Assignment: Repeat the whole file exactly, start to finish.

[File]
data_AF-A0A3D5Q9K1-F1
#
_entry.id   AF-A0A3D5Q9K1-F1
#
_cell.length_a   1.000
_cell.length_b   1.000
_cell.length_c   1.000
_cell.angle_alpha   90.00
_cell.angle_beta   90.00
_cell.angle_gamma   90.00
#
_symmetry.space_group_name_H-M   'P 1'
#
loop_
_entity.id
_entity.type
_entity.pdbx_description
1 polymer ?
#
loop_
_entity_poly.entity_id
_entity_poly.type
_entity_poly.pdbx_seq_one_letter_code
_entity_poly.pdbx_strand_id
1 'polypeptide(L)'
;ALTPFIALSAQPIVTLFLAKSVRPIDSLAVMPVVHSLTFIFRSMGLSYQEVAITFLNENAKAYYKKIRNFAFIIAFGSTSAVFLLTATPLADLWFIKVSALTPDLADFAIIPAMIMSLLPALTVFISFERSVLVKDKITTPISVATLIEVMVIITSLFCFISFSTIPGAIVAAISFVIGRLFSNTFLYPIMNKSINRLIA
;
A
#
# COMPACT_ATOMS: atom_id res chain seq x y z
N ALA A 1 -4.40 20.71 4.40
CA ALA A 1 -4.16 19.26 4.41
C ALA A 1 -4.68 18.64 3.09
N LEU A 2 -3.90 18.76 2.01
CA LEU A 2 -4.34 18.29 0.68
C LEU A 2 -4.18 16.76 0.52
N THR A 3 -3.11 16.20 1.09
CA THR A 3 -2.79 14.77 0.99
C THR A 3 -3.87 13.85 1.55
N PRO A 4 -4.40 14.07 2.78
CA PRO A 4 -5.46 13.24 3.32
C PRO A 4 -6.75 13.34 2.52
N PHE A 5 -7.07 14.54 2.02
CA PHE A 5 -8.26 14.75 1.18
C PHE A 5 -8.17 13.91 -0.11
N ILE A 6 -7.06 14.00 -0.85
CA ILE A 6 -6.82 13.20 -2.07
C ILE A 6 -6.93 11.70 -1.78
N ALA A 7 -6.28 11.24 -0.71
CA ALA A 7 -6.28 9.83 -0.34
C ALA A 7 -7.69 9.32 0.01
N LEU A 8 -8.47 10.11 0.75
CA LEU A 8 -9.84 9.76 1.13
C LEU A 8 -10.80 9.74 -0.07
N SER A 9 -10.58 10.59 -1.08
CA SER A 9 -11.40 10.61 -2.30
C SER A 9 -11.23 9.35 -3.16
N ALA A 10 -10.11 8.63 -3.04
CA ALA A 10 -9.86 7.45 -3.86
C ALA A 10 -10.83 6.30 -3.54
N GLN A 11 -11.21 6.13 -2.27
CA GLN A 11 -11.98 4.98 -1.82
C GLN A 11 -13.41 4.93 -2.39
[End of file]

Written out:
data_AF-A0A3D5Q9K1-F1
#
_entry.id   AF-A0A3D5Q9K1-F1
#
_cell.length_a   1.000
_cell.length_b   1.000
_cell.length_c   1.000
_cell.angle_alpha   90.00
_cell.angle_beta   90.00
_cell.angle_gamma   90.00
#
_symmetry.space_group_name_H-M   'P 1'
#
loop_
_entity.id
_entity.type
_entity.pdbx_description
1 polymer ?
#
loop_
_entity_poly.entity_id
_entity_poly.type
_entity_poly.pdbx_seq_one_letter_code
_entity_poly.pdbx_strand_id
1 'polypeptide(L)'
;ALTPFIALSAQPIVTLFLAKSVRPIDSLAVMPVVHSLTFIFRSMGLSYQEVAITFLNENAKAYYKKIRNFAFIIAFGSTSAVFLLTATPLADLWFIKVSALTPDLADFAIIPAMIMSLLPALTVFISFERSVLVKDKITTPISVATLIEVMVIITSLFCFISFSTIPGAIVAAISFVIGRLFSNTFLYPIMNKSINRLIA
;
A
#
# COMPACT_ATOMS: atom_id res chain seq x y z
N ALA A 1 -4.40 20.71 4.40
CA ALA A 1 -4.16 19.26 4.41
C ALA A 1 -4.68 18.64 3.09
N LEU A 2 -3.90 18.76 2.01
CA LEU A 2 -4.34 18.29 0.68
C LEU A 2 -4.18 16.76 0.52
N THR A 3 -3.11 16.20 1.09
CA THR A 3 -2.79 14.77 0.99
C THR A 3 -3.87 13.85 1.55
N PRO A 4 -4.40 14.07 2.78
CA PRO A 4 -5.46 13.24 3.32
C PRO A 4 -6.75 13.34 2.52
N PHE A 5 -7.07 14.54 2.02
CA PHE A 5 -8.26 14.75 1.18
C PHE A 5 -8.17 13.91 -0.11
N ILE A 6 -7.06 14.00 -0.85
CA ILE A 6 -6.82 13.20 -2.07
C ILE A 6 -6.93 11.70 -1.78
N ALA A 7 -6.28 11.24 -0.71
CA ALA A 7 -6.28 9.83 -0.34
C ALA A 7 -7.69 9.32 0.01
N LEU A 8 -8.47 10.11 0.75
CA LEU A 8 -9.84 9.76 1.13
C LEU A 8 -10.80 9.74 -0.07
N SER A 9 -10.58 10.59 -1.08
CA SER A 9 -11.40 10.61 -2.30
C SER A 9 -11.23 9.35 -3.16
N ALA A 10 -10.11 8.63 -3.04
CA ALA A 10 -9.86 7.45 -3.86
C ALA A 10 -10.83 6.30 -3.54
N GLN A 11 -11.21 6.13 -2.27
CA GLN A 11 -11.98 4.98 -1.82
C GLN A 11 -13.41 4.93 -2.39